Mia Winters, the wife of Ethan Winters, suddenly goes missing while on a trip. Years later, after being presumed dead, Ethan receives a suspicious message that she needs to be picked up at the Baker Estate, a large house in rural Louisiana. Soon after arriving and after making his way through a suspiciously decrepit and abandoned guest house, he finds Mia trapped in a cell. Within the next few scenes of the game, many twists unravel where Mia is lost, found in a state of insanity, and soon after, Ethan finds himself in a situation largely resembling the infamous dinner scene in Texas Chainsaw Massacre.
Resident Evil 7, after eight canonical titles, immediately throws the curveball of a first-person perspective. This series is known for changing things up drastically from game to game, yet this is, in my opinion, one of the riskiest they’ve ever attempted. It led me to an initial feeling that I was not going to care for the game, or at least not consider it within the same realm as the other great games of the series. Yet, as the game went on, not only did this perspective change completely win me over, but nearly every aspect of the game itself did as well.
The story, the atmosphere, the gameplay – each part works with each other to not only serve as great individual aspects of a whole but to enhance each other to the extent that if one were missing or simply askew, the rest would suffer. The balance between these aspects and others almost never loses focus, and this sets the stage for a truly horrifying and thrilling game. The game begins with seemingly no resemblance or connection to the rest of the franchise which allows a more unique and unbound story to be told. The house is run by an insane and apparently, superhuman family (the Bakers) bent on either experimenting on you or killing you if they can’t get their way. As the player treks deeper into their house in an attempt at escape, they begin reading notes that reveal clues to what is happening. Other horrifying events begin to unfold: black, oil-like monster grow out of the mold in dark hallways, dead members of the Baker family come back after death in more grotesque forms, and, nearing the end of the house section, you are forced to not only cope with the horrors you have been accustomed to, but to traverse a trap infested home in search of the most demented family member yet.
The game quickly ties into the franchise when Mia (or Zoe if you so choose) and Ethan “escape”. Evie is just another biological experiment created by a corrupt corporation set on superiority in the war zone. Mia, a secret operative of this organization, relives the events that transpired to set Evie free. We learn of the new corporation, Umbrella’s attempt to rebrand itself as the savior in hopes of righting its wrongs, and the method in which these experiments were performed. When the final section of the game comes, the salt mines, there is not all that much more to learn which makes it a bit tedious. This part of the game is likely the worst; however, the reveal of Evie’s character is probably my favorite plot twist in the entire series.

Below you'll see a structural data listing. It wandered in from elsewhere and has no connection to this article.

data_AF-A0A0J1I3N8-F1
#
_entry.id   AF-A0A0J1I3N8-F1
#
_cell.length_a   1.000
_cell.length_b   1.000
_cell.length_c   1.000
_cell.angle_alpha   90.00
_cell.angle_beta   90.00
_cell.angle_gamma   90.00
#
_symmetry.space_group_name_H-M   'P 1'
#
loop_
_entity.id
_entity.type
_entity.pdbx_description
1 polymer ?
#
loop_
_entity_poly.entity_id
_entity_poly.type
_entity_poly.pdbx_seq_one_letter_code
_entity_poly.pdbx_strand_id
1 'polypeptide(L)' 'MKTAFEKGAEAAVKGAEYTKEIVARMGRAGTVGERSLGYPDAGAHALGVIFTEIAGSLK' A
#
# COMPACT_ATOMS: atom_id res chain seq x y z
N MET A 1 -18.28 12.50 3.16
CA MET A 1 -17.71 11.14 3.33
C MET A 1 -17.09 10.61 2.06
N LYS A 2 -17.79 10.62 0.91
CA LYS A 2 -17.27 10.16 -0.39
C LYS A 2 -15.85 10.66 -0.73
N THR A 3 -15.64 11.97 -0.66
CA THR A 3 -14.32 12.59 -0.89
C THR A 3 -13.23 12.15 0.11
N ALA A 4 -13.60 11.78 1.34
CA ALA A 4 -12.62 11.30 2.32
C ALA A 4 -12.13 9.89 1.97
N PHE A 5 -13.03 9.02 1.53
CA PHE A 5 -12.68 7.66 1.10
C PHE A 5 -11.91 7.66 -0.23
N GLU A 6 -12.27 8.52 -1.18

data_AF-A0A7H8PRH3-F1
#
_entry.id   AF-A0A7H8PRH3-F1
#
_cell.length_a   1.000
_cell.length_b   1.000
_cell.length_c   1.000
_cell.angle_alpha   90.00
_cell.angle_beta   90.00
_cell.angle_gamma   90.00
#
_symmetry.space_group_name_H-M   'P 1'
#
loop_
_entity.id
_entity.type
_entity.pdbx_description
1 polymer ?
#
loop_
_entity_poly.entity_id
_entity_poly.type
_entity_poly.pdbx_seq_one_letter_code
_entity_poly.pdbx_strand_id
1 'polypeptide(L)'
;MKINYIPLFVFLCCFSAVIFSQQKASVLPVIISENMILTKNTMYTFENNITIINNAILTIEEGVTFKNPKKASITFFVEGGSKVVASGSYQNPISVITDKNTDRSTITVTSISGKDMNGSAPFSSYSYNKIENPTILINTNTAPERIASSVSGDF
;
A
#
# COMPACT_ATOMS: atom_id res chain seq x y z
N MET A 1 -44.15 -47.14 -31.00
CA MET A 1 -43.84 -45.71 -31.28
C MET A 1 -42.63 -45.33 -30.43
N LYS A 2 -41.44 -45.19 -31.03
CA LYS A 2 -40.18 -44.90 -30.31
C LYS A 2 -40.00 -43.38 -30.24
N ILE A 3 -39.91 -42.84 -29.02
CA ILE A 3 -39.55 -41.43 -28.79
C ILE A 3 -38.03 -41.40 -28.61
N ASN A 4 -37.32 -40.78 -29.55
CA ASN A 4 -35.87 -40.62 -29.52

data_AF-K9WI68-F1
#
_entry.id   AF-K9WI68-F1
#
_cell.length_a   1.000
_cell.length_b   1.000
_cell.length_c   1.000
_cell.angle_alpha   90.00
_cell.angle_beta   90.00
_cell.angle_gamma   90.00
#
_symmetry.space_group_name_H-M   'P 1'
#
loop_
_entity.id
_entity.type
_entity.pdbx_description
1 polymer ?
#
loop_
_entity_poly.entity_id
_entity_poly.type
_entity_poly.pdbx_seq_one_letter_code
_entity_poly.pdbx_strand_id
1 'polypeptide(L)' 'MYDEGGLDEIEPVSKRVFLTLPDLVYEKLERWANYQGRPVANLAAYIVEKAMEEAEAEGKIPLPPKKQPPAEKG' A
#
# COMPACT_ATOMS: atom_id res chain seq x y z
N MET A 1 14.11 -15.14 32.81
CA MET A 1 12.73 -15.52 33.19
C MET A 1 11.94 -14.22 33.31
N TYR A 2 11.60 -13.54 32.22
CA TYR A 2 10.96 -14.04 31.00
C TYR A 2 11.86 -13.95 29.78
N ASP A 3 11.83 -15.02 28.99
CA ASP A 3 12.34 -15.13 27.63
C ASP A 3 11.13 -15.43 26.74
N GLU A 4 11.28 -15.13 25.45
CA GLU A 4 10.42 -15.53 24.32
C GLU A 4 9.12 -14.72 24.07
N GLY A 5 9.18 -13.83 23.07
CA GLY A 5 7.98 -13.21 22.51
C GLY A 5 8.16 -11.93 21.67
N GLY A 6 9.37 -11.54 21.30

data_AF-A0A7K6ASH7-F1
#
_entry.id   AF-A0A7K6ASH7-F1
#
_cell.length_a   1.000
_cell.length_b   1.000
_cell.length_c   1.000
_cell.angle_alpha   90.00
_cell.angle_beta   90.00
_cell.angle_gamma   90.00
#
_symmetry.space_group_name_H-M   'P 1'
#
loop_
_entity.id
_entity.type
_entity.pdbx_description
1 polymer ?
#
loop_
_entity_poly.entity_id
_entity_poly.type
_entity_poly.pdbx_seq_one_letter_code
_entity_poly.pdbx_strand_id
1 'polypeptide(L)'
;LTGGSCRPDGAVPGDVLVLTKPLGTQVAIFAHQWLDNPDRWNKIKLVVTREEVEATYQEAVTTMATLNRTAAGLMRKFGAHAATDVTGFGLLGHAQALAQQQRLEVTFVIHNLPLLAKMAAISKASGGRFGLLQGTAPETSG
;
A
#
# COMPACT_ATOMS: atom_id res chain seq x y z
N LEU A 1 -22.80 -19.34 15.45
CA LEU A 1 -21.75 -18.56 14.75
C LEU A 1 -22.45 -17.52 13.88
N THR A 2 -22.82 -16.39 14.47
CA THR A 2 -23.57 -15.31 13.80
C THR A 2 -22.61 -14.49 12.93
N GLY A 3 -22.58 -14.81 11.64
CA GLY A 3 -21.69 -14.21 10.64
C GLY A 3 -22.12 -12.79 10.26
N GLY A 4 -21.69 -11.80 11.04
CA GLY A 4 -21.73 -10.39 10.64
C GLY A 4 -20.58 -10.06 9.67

The gameplay itself is also incredible. The actual setting and style call back to Resident Evil 1 and Resident Evil 2, two of my favorites. It takes those horrifying, haunted house atmospheres and condenses them into the most frightening game yet. The item system is incredible and is the first time since Resident Evil 4 where I didn’t feel as if the inventory was actively working against me. You can now feel the impact of the various weapons, whereas in the previous two games everything other than the high-powered guns felt like they had no use or value. Finally, other than the last boss fight which I honestly couldn’t understand how to do, the bosses all were some of the most difficult and terrifying in the franchise.
The last things I want to mention are the DLCs, of which I played Not a Hero and The End of Zoe (I decided to forgo Lost Footage since it didn’t add to the overall story). Not a Hero is quite a fun DLC that is absolutely worth playing due to its brevity and the fact that it’s free. There are some cool puzzles and the search for Lucas can be quite thrilling. I do have qualms with the DLC mostly because of the overpowered enemies (and Chris looking like anything but Chris), but the lore revelations and the interesting layout make it worth it – although, I don’t think it’d ever be worth paying a typical DLC price for if that ever happened. The End of Zoe is a genius DLC and is probably one of my favorite parts of the game itself. It takes everything from the base game and almost scraps it for a pure melee, spear-chucking frenzy. The story isn’t necessarily at the forefront, but every bit of gameplay (except on minor gripe I had with a Fat Molded enemy) is exciting and completely worth the $15 it costs to play. The hand upgrade at the end of this DLC may be one of my new favorite weapons in a Resident Evil game yet.
Overall, Resident Evil 7 is easily in the top-tier of Resident Evil games, only behind RE4. I would even go as far as to say that I’d put it ahead of my two other favorites, RE1 and RE2, which, while probably sacrilegious to some, I will fully stand beside no matter how much it surprised me. Every aspect of the game such as the interesting and more seriously told story, the heart-stopping atmosphere, the great character and enemy design, the weapon and inventory systems, and the puzzles within the game, were created with the utmost care. Whereas the older Resident Evils may not appeal to larger audiences due to their age, this is one that I can truly say I would recommend anyone play.
See my shorter Grouvee Review here: Grouvee
See other game reviews or what I plan to play next here: Game Reviews